Google’s power of amplification kept the noise continuously high in the months following the show. I actually ran into two instances where customers seeking to launch or re-platform major networks wanted Chromebox to be the starting point of discussions. Not objectives, not strategy, not content or even software functionality: Chromebox. At this stage of industry maturity, I found that approach amazing. Somewhere, Phil Cohen is preparing a rant about choosing hardware before you understand content strategy. To be fair, Chromebox arguably has a niche in digital signage. You will have to take my word for it, though: neither of these two large networks represented a valid use case. By the way, the CIO at one meeting had an Apple Watch. Maybe that was a coincidence.

Like moths to a light bulb, vendors have rushed to Chrome, afraid to miss the next BIG THING. Meanwhile, Google’s dalliance with digital signage may be short lived. The current floor plan for DSE 2016 remains a Google-free zone. Perhaps the dogs of Las Vegas can return home. Lots of boxes will certainly be sold, but it is just a thing.

2015 also marked the emergence of beacons into the general consciousness of the digital signage industry. No conference, webinar or blog would have been complete without trumpeting the importance of the electronic trumpet itself. As it turns out, beacons are both literally and figuratively dog whistles. Are beacons disruptive or are they just distracting?

There is little doubt that there are many good use scenarios for beacons, and some have come to light already, but the whole case for the connection to digital signage is thinner than onion skin. Beacons exist quite happily in their own mobile world, emitting their BLE messages to anyone willing to listen, defined as a smartphone user having Bluetooth on and an app open. Using digital signage to encourage consumers to download and open an app hardly passes the integration daylight test.

Will “smart beacons” arrive and help trigger content based on knowledge of users in proximity? That would improve the case for digital signage integration, and seems like a logical step. But that may be harder to accomplish than it sounds, because it looks like there may well be a VHS-Beta standards war in the making between Apple (iBeacons) and Google (Eddystone). There are those two names again. That type of uncertainty makes integration gambits just a bit riskier. The elusive connection of beacons to digital signage continues.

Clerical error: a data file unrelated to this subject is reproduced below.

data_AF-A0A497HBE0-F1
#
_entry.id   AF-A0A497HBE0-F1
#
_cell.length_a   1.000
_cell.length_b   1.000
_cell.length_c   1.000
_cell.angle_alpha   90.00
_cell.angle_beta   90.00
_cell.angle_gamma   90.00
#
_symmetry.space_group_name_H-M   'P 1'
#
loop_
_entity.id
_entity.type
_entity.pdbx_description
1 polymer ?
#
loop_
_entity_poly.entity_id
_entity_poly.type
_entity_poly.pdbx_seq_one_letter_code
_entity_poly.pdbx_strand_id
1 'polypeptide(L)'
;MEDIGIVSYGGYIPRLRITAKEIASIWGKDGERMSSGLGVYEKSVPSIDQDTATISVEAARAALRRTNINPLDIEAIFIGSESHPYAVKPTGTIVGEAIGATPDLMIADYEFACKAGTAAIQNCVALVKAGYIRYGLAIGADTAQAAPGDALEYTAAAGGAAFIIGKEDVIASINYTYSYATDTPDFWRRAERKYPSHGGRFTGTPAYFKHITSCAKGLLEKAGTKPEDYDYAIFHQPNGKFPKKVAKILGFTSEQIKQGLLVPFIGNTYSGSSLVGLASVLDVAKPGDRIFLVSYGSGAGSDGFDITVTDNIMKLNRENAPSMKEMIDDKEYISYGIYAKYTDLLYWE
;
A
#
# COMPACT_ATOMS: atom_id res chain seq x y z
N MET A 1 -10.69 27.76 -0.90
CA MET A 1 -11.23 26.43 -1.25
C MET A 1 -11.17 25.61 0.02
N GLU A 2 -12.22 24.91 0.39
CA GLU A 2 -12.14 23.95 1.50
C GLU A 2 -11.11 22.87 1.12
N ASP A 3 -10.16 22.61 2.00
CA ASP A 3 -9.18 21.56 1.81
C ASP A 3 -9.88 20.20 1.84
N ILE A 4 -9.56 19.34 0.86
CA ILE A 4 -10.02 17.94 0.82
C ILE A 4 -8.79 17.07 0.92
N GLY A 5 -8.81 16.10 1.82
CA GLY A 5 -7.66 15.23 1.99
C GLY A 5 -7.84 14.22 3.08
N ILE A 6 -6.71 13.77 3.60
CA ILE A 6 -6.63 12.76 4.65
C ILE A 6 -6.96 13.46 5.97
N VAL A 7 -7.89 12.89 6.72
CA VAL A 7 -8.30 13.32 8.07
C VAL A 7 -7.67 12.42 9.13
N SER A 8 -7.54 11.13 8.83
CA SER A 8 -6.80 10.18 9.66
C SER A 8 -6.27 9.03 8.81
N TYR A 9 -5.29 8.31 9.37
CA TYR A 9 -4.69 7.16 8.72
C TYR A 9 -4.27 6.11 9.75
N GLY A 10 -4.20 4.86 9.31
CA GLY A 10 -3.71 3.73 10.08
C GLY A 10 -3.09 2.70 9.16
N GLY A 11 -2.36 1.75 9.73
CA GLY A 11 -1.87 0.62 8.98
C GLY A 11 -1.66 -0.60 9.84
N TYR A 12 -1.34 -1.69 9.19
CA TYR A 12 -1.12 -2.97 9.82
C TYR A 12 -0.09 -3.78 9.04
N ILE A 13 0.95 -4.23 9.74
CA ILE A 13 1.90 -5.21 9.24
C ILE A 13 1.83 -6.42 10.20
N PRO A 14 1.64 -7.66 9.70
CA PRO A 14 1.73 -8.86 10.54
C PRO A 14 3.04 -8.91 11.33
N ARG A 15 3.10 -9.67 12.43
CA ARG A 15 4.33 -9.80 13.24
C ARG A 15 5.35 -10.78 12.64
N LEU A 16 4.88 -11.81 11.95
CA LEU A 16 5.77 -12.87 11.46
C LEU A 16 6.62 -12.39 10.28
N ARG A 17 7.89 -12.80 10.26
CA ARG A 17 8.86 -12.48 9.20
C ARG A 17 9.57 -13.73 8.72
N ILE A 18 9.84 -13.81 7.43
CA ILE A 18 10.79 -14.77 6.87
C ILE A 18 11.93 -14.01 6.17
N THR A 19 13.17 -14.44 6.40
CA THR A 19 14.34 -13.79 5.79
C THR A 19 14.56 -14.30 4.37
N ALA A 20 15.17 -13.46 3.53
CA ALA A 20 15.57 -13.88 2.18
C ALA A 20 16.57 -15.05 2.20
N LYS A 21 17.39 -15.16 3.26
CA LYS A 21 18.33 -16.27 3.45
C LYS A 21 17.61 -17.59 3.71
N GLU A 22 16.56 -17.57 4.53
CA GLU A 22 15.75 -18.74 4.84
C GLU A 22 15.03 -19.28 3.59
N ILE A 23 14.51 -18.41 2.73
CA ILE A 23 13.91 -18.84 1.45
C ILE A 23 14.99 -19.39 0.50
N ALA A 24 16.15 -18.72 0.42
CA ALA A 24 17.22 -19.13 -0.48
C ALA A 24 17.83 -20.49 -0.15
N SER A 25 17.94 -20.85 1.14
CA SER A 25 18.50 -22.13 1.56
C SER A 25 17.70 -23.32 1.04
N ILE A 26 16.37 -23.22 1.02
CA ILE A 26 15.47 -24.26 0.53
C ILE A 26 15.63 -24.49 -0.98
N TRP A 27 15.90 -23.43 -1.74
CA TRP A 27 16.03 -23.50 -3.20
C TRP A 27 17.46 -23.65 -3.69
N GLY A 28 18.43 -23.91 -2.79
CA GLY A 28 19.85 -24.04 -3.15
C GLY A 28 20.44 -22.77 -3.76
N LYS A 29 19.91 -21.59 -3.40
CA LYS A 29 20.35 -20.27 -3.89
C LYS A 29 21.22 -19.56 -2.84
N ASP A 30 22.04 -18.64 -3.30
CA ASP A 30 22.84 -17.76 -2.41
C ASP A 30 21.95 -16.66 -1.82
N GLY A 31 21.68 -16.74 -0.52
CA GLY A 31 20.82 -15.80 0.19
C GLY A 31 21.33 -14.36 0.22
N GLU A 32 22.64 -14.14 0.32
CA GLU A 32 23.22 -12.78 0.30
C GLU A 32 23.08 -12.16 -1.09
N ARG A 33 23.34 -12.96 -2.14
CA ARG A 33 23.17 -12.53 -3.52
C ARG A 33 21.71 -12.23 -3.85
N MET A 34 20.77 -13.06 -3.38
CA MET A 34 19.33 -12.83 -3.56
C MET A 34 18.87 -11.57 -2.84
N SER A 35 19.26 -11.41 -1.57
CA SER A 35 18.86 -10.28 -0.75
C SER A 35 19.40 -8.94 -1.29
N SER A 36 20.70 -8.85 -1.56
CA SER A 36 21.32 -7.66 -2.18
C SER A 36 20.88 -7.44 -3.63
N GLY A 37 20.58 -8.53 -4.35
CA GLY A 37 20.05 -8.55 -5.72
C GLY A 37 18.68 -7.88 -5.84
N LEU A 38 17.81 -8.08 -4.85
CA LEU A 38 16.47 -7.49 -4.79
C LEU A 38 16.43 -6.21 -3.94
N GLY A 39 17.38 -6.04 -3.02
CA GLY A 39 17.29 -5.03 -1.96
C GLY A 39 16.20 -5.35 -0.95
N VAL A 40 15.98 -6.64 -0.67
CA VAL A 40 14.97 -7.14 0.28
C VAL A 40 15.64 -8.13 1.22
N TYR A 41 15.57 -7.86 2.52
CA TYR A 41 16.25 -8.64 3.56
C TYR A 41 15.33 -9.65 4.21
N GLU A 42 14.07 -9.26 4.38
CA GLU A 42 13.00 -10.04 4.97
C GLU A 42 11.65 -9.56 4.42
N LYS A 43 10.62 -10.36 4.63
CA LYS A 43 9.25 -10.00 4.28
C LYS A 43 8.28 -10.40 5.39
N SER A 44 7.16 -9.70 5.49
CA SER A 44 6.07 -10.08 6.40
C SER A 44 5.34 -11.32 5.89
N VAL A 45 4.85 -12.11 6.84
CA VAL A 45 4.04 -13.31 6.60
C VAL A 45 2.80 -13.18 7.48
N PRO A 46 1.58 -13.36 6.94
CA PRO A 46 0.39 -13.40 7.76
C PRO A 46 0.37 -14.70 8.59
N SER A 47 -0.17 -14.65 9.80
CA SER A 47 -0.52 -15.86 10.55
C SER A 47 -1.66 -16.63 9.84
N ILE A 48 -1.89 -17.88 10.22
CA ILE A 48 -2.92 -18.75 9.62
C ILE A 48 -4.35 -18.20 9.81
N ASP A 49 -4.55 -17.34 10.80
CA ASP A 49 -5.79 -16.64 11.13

Even if the uncertainty of standards is resolved, whether by third party attempts or the titans themselves, there remain the challenges of apps, Bluetooth and opt-ins. How many apps are users likely to download, and how many will they keep activated? Will consumers keep Bluetooth on outside their cars if they are constantly barraged with messages? Without global opt-in/out or customizable preferences for the service, there may be real long term issues.

Marketers around the globe are testing the use of beacons, as they should. It is still too early to assess their effectiveness versus other modes of messaging or how consumers will react to wider usage. But it is clear for the moment that from a digital signage perspective, beacons are disruptive only in the sense that they divert the attention of those same marketers from proven vehicles. Beyond that, another thing. The quest for mobile-digital signage integration continues.

Both end users and technologists in digital signage have tended to respond to the dog whistle of new technologies in efforts to drive costs down and relevance up. More often than not, responding to dog whistles has cost time and money, and first mover advantages have been exceedingly hard to realize. This year, the whistle has been blown by some of the largest companies out there, and it seems that history is likely to repeat itself.